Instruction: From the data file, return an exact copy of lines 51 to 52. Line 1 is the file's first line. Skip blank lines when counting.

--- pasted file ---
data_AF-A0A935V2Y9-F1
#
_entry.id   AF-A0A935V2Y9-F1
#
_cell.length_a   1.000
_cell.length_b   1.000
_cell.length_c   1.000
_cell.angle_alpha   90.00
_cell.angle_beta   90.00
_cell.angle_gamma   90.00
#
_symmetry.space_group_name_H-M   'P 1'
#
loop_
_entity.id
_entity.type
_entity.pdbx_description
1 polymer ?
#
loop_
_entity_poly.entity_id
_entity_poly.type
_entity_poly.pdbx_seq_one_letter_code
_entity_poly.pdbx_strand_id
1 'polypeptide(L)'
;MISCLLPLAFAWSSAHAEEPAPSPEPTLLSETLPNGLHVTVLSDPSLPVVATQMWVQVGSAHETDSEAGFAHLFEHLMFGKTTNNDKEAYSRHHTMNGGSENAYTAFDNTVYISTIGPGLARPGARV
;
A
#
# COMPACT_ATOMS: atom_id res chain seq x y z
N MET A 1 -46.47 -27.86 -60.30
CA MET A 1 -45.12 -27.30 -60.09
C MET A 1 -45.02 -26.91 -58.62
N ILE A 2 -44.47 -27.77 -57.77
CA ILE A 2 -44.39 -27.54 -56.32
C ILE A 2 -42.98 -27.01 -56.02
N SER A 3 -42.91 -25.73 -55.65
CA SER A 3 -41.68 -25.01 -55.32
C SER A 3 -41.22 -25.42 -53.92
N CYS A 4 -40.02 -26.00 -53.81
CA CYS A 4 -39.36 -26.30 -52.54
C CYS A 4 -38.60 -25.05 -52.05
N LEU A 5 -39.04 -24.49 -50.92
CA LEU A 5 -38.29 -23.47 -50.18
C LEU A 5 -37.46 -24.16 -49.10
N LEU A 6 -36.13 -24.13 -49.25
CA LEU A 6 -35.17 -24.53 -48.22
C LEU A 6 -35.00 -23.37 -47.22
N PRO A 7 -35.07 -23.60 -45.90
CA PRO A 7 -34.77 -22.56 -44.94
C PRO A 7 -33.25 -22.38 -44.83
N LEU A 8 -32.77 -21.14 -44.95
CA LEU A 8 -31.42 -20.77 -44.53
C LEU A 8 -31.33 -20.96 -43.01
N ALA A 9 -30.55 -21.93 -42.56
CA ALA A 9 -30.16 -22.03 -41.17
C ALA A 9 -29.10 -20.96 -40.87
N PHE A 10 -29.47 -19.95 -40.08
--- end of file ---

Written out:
C PRO A 7 -33.25 -22.38 -44.83
N LEU A 8 -32.77 -21.14 -44.95